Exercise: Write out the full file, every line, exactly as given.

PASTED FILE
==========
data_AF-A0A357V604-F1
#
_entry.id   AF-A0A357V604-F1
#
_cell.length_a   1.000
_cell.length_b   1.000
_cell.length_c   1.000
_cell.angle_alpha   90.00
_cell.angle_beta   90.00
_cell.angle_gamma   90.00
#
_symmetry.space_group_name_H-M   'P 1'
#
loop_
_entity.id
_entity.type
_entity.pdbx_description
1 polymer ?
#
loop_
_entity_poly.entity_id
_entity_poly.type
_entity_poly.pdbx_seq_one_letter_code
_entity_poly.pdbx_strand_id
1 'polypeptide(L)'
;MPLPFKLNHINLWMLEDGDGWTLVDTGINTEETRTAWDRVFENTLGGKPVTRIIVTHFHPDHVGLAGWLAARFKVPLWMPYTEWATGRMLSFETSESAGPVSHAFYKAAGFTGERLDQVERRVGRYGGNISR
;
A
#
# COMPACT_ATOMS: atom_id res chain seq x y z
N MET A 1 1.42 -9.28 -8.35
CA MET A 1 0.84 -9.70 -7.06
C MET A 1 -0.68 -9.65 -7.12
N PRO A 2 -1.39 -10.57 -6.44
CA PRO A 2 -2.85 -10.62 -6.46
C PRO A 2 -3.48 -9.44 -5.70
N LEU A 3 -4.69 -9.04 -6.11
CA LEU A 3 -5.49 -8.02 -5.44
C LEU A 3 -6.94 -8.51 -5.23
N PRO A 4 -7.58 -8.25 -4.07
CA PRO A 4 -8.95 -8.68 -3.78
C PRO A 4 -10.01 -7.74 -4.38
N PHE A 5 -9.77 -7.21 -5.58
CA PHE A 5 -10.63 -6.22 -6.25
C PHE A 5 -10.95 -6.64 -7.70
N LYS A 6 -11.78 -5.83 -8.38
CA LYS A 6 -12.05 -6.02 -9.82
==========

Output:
data_AF-A0A357V604-F1
#
_entry.id   AF-A0A357V604-F1
#
_cell.length_a   1.000
_cell.length_b   1.000
_cell.length_c   1.000
_cell.angle_alpha   90.00
_cell.angle_beta   90.00
_cell.angle_gamma   90.00
#
_symmetry.space_group_name_H-M   'P 1'
#
loop_
_entity.id
_entity.type
_entity.pdbx_description
1 polymer ?
#
loop_
_entity_poly.entity_id
_entity_poly.type
_entity_poly.pdbx_seq_one_letter_code
_entity_poly.pdbx_strand_id
1 'polypeptide(L)'
;MPLPFKLNHINLWMLEDGDGWTLVDTGINTEETRTAWDRVFENTLGGKPVTRIIVTHFHPDHVGLAGWLAARFKVPLWMPYTEWATGRMLSFETSESAGPVSHAFYKAAGFTGERLDQVERRVGRYGGNISR
;
A
#
# COMPACT_ATOMS: atom_id res chain seq x y z
N MET A 1 1.42 -9.28 -8.35
CA MET A 1 0.84 -9.70 -7.06
C MET A 1 -0.68 -9.65 -7.12
N PRO A 2 -1.39 -10.57 -6.44
CA PRO A 2 -2.85 -10.62 -6.46
C PRO A 2 -3.48 -9.44 -5.70
N LEU A 3 -4.69 -9.04 -6.11
CA LEU A 3 -5.49 -8.02 -5.44
C LEU A 3 -6.94 -8.51 -5.23
N PRO A 4 -7.58 -8.25 -4.07
CA PRO A 4 -8.95 -8.68 -3.78
C PRO A 4 -10.01 -7.74 -4.38
N PHE A 5 -9.77 -7.21 -5.58
CA PHE A 5 -10.63 -6.22 -6.25
C PHE A 5 -10.95 -6.64 -7.70
N LYS A 6 -11.78 -5.83 -8.38
CA LYS A 6 -12.05 -6.02 -9.82